I’m Leonard claro. a multimedia artist. I’ve been on and off the street for a long time now. Iife isn’t played as I planned it. because someone derailed it. its hard thinking how to survive for another day. i started living on the street begging people some change to at least buy some water. for months Ive been sleeping on the street while protecting my bag containing what’s left of my possessions. 3 shirts 2 shorts 2 pants and an envelope. days passed without nothing to eat, my body started to tremble since then. I started walking trying to find some place to stay or to pass the night. it’s been too long. I met people who shares some food some coins. they’ve been a big help why I’m still alive. it’s hard really hard living this way where you have nothing left. all those that I’ve gain through perseverance and dedication to the craft that I love most. those opportunities that should bring me to a new life has been lost. it’s hard accepting all of what happened till now. it’s miserable being like this.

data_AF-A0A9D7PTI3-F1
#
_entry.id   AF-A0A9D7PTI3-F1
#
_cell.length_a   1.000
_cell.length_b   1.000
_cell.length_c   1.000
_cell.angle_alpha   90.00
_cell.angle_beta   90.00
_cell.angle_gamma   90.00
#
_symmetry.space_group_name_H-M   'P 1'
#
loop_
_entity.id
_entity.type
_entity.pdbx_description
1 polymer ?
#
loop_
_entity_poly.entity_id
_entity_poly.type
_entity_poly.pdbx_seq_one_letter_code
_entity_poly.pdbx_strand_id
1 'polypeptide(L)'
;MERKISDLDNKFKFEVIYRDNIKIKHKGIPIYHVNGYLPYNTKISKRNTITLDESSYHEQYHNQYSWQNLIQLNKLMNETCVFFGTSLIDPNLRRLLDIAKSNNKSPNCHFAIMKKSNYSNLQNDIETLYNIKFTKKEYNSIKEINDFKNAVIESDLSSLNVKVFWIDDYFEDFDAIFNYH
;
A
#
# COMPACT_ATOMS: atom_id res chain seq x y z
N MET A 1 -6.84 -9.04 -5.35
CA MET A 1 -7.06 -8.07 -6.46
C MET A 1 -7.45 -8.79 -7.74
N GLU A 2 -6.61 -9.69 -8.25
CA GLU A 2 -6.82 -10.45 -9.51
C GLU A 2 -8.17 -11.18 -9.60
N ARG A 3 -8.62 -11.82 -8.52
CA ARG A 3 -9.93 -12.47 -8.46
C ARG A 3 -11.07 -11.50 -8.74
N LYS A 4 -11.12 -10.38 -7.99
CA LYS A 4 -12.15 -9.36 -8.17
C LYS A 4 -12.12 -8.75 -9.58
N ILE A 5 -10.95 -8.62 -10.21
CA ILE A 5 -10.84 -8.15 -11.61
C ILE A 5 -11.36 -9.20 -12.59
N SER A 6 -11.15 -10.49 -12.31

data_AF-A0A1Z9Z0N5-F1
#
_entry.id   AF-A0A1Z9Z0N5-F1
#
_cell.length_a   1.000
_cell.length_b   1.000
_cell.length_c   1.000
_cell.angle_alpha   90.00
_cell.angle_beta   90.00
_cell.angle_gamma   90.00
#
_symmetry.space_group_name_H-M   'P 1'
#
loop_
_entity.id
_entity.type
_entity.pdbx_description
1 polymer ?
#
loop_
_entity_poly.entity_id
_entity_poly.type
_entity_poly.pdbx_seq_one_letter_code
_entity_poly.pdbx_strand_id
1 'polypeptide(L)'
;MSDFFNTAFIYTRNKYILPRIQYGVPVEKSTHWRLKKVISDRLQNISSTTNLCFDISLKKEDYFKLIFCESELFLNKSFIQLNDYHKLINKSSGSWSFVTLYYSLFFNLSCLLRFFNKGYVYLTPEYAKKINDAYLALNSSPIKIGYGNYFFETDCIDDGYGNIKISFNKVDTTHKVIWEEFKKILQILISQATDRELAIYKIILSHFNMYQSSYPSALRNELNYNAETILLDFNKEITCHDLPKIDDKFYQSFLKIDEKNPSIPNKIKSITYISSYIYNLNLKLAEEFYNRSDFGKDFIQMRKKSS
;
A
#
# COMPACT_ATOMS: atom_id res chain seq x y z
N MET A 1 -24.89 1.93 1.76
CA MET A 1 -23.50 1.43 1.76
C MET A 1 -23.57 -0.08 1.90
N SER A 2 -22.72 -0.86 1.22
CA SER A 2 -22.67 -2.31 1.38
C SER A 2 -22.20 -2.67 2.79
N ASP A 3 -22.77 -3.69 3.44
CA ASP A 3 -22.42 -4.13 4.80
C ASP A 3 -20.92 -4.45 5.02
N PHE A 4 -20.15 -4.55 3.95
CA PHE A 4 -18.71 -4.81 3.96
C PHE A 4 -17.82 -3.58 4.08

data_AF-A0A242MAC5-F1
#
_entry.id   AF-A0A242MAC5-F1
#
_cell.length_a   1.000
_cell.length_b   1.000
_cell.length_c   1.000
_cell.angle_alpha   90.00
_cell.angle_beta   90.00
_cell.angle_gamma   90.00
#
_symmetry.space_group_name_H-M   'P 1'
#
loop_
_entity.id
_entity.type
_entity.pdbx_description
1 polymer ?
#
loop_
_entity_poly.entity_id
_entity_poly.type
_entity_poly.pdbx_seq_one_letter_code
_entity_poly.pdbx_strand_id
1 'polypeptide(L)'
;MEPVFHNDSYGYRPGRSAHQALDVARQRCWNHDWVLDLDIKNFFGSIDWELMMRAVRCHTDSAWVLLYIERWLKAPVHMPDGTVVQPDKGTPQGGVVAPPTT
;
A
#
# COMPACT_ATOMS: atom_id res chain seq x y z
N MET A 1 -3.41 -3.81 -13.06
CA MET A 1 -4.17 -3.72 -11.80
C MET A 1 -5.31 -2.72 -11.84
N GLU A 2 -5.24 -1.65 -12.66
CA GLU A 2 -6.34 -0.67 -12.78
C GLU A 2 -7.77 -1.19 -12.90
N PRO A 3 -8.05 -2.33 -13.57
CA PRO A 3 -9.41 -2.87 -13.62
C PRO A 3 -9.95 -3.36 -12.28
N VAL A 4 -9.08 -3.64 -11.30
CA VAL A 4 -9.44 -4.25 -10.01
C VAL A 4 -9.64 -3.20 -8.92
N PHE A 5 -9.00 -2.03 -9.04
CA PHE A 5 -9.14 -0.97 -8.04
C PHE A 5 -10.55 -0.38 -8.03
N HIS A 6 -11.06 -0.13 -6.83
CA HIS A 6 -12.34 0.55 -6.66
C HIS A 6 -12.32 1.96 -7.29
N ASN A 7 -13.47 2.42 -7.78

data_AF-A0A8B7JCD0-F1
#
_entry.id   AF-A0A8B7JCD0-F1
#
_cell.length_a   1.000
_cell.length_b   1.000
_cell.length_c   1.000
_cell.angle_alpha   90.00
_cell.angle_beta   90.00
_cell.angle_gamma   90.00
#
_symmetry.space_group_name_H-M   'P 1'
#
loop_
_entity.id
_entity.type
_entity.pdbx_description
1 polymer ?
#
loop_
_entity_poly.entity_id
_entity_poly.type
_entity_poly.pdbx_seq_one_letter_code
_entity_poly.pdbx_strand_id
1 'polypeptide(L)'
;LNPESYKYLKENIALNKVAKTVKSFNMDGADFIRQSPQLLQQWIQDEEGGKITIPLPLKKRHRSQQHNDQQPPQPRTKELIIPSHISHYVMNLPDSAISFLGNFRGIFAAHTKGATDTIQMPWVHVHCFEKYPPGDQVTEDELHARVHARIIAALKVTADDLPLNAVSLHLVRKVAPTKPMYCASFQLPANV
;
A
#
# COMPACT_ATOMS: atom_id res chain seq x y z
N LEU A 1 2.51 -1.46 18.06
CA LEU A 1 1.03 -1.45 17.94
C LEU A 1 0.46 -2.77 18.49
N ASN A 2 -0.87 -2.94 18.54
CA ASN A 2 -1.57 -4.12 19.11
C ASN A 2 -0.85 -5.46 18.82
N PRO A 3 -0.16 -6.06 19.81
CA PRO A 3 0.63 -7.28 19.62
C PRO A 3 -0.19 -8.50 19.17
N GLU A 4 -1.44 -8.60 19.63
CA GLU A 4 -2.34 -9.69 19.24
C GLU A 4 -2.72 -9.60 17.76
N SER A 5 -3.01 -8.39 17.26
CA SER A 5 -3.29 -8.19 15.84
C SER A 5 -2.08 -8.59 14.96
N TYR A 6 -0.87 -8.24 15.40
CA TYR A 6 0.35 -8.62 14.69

I’ve lost a lot on this ordeal. a place to stay, my belongings, my business plans, projects time, life. I bet everything on that tools, and yet I lost everything.

      its all started when he took all my tools for my profession that bought from u.s. for him to sustain his gambling addiction. I haven’t even know him haven’t seen his face no connection at all. don’t even know his full name. he supposedly to just deliver my box but we never met him. weeks passed and I received a news a hint of what happened to my tools and to the fortuner of his Tita that he used to meet me supposedly. it was pawned. mine? he sold it .just to support his gambling addiction.what I know is hes name is ‘jay’.